Athletics – World Athletics Championships – men’s 100 metres final – London Stadium, London, Britain – August 5, 2017 – Silver medalist Christian Coleman of the U.S. celebrates. REUTERS/Lucy Nicholson
August 5, 2017
By Mitch Phillips
LONDON (Reuters) – Justin Gatlin ruined Usain Bolt’s farewell party when the 35-year-old American won the world 100 meters title on Saturday, beating the Jamaican superstar into third and sparking a chorus of boos from a London crowd unhappy with his doping past.
What was meant to be a glorious celebration of the departure of the sport’s greatest showman turned into a condemnation of its biggest pantomime villain as Gatlin, twice banned for drug offences, rolled back the years to win a second world title 12 years after his first and 13 after claiming Olympic 100m gold.
As so often before Bolt made a terrible start but for once could not make it up as Christian Coleman, the 21-year-old American who beat him in the semi-finals, looked set for victory.
But Gatlin, who stumbled at the death to lose the 2015 world final to Bolt by a hundredth of a second, on this occasion timed his surge and dip to perfection to win in 9.92 seconds.
Coleman, who has run over 40 races this year but turned professional only a few weeks ago, took silver in 9.94.
Bolt, straining every sinew, fought all the way to the line but the pace and grace that took him to his world record of 9.58 eight years ago has withered with age and perennial injury battles and this time he ran out of track.
“It’s just one of those things,” Bolt said. “My start is killing me. Normally, it gets better during the rounds but it didn’t come together.”
When the results flashed up on the giant screen the crowd immediately began repeating the booing with which Gatlin’s name had been greeted since the heats on Friday.
Perhaps unsurprisingly, his first response was to put his finger to his lips to indicate silence.
The crowd reacted by chanting Bolt’s name and the Jamaican hugged Gatlin and told him he did not deserve the disrespect.
“I tuned it out (the boos) through the rounds and stayed the course. I did what I had to do,” said Gatlin, who served a four-year ban from 2006 for a second doping offence – which he always denied.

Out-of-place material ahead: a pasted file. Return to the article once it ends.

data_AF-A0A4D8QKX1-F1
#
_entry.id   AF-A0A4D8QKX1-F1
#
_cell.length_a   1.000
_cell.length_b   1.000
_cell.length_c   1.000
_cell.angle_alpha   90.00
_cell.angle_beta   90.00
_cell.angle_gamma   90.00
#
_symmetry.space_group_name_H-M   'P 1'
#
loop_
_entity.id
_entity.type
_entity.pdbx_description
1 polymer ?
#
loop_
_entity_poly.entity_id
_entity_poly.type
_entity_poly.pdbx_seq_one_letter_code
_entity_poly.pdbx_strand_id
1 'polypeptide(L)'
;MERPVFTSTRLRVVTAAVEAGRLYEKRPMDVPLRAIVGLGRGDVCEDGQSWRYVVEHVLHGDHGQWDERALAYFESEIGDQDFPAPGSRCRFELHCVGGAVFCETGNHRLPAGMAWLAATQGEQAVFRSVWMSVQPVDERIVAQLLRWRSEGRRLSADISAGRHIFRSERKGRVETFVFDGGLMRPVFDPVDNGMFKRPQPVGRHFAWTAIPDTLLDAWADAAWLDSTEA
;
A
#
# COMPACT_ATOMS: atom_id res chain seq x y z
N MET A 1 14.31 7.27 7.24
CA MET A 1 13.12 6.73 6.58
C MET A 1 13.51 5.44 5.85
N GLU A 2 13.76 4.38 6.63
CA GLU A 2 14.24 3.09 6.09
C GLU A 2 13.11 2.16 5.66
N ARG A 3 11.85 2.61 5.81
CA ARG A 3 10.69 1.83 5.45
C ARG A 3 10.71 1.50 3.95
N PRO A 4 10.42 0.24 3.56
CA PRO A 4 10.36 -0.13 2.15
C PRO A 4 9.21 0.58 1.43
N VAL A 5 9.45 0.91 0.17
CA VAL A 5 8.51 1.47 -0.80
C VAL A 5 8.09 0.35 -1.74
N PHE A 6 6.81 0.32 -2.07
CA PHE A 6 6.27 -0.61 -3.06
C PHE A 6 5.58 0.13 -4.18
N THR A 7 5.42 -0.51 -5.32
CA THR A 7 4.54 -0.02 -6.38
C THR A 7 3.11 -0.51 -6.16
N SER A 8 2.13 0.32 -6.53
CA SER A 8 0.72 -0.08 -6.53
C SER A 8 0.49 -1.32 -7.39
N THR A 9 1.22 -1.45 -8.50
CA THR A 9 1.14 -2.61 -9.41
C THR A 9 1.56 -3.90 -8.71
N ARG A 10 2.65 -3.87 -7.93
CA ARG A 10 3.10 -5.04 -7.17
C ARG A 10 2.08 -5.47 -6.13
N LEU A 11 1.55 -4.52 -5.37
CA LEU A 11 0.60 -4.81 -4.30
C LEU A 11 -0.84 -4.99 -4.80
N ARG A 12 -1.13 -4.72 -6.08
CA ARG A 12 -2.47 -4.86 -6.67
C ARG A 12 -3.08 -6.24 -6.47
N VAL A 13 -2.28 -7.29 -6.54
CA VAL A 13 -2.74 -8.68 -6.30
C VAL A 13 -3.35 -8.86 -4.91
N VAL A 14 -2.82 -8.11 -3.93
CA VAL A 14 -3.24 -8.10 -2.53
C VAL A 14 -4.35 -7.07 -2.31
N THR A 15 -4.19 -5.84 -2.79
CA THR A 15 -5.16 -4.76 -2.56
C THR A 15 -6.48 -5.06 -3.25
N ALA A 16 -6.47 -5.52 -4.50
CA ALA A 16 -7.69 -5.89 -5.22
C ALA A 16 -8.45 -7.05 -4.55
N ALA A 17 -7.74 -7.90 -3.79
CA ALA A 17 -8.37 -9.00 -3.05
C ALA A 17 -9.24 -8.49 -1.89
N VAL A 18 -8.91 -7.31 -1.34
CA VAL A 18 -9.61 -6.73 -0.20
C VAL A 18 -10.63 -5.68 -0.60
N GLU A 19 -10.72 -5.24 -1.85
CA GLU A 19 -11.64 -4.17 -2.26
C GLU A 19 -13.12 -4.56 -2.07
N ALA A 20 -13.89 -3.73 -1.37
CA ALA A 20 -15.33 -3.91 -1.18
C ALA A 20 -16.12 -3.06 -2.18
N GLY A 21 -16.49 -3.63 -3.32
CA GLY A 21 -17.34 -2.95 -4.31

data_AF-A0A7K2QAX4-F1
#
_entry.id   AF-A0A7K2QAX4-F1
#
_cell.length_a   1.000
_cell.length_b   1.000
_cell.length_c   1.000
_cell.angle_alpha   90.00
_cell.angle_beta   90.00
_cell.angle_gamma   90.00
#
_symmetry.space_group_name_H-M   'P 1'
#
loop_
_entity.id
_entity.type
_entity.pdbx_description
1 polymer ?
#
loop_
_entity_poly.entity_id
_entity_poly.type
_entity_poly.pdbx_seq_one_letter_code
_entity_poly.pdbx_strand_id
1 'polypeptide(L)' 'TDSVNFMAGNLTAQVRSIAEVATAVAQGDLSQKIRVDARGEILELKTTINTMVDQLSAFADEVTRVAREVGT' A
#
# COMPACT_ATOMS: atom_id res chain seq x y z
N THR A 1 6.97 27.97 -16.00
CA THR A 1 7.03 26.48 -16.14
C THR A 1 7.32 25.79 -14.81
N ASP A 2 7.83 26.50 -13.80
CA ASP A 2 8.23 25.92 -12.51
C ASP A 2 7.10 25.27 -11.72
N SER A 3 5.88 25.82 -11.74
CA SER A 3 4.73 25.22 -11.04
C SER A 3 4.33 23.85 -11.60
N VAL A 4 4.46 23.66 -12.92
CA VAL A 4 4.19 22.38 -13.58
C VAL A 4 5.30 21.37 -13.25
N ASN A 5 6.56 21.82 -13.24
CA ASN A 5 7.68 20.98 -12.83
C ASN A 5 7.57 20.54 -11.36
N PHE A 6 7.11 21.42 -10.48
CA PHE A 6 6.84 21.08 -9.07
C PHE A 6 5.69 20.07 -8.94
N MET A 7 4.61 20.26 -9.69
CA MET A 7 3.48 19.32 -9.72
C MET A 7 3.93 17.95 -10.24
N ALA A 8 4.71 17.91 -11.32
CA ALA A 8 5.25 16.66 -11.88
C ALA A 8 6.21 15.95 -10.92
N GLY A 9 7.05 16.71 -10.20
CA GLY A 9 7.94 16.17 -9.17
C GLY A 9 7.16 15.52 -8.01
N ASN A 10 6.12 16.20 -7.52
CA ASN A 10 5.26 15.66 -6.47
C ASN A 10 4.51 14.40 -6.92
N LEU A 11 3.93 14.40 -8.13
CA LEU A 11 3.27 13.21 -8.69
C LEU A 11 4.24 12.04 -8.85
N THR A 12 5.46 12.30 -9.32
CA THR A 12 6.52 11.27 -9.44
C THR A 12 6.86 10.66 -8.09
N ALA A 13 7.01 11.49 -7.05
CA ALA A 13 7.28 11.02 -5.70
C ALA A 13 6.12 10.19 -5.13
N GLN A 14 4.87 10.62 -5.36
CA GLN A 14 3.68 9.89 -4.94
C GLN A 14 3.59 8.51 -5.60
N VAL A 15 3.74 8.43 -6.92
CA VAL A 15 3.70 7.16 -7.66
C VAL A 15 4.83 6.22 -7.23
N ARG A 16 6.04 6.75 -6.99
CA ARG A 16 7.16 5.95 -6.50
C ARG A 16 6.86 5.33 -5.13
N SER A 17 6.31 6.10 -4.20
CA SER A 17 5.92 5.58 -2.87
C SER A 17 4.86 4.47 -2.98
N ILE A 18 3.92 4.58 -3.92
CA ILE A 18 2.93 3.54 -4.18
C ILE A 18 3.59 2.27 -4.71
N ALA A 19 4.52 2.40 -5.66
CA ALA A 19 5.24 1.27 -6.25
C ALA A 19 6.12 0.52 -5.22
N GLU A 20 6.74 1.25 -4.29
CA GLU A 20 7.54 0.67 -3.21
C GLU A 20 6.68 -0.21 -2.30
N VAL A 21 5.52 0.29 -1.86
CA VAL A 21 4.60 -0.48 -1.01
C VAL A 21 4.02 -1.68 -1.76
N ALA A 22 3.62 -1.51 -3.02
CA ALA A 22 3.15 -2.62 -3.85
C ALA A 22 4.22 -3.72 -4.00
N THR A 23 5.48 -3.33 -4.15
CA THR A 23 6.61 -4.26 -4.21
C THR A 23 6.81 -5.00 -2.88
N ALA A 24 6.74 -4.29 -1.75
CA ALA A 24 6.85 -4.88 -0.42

“The people who love me are here cheering for me and cheering at home.
“It is Bolt’s last race and he’s the man so it’s not about beating him. I have had many victories and many defeats down the years, he’s pushed and inspired me to be the athlete I am today.
“It’s surreal really to come across the line first – it’s still his night.
“We are rivals on the track but in the warm-down area we joke and have a good time. The first thing he did was congratulate me and say that I didn’t deserve the boos. He is an inspiration.”
As always, the ever-popular Bolt gave generously of his time after the race to fans and media alike, despite the unfamiliarity of finishing third for the first time in a major championship.
The Jamaican had been seeking a fourth 100m world title to go with his four over 200m, four relay golds and eight Olympic crowns and a capacity 56,000 crowd had turned out fully expecting to celebrate it.
“I needed to be in a better place after 30 meters but I just wasn’t in that super-shape I needed to be in,” said Bolt, who turns 31 this month.
“I gave it my best shot but my body’s telling me it’s time to go.”
He still has another chance to add to the medal tally in the 4x100m relay next week – when he will be desperate to avenge Saturday’s defeat in what, if the Americans manage to get the baton round, should be a last-leg showdown with Gatlin.
Also in the U.S. team will be Coleman, who looked set for a remarkable victory running in the lane alongside Bolt until the man 14 years his senior snatched it from lane eight of nine.
Coleman, however, was not about to complain.
“Both of us have done well, I’m really happy for him to get the gold and I’m delighted with silver,” he said.
Of Bolt, he added: “He’s a man who has taken the sport to a whole new level.
“He’s been an icon of mine as I’ve grown up. It’s an honor to toe the line with him.”
(Editing by Ed Osmond)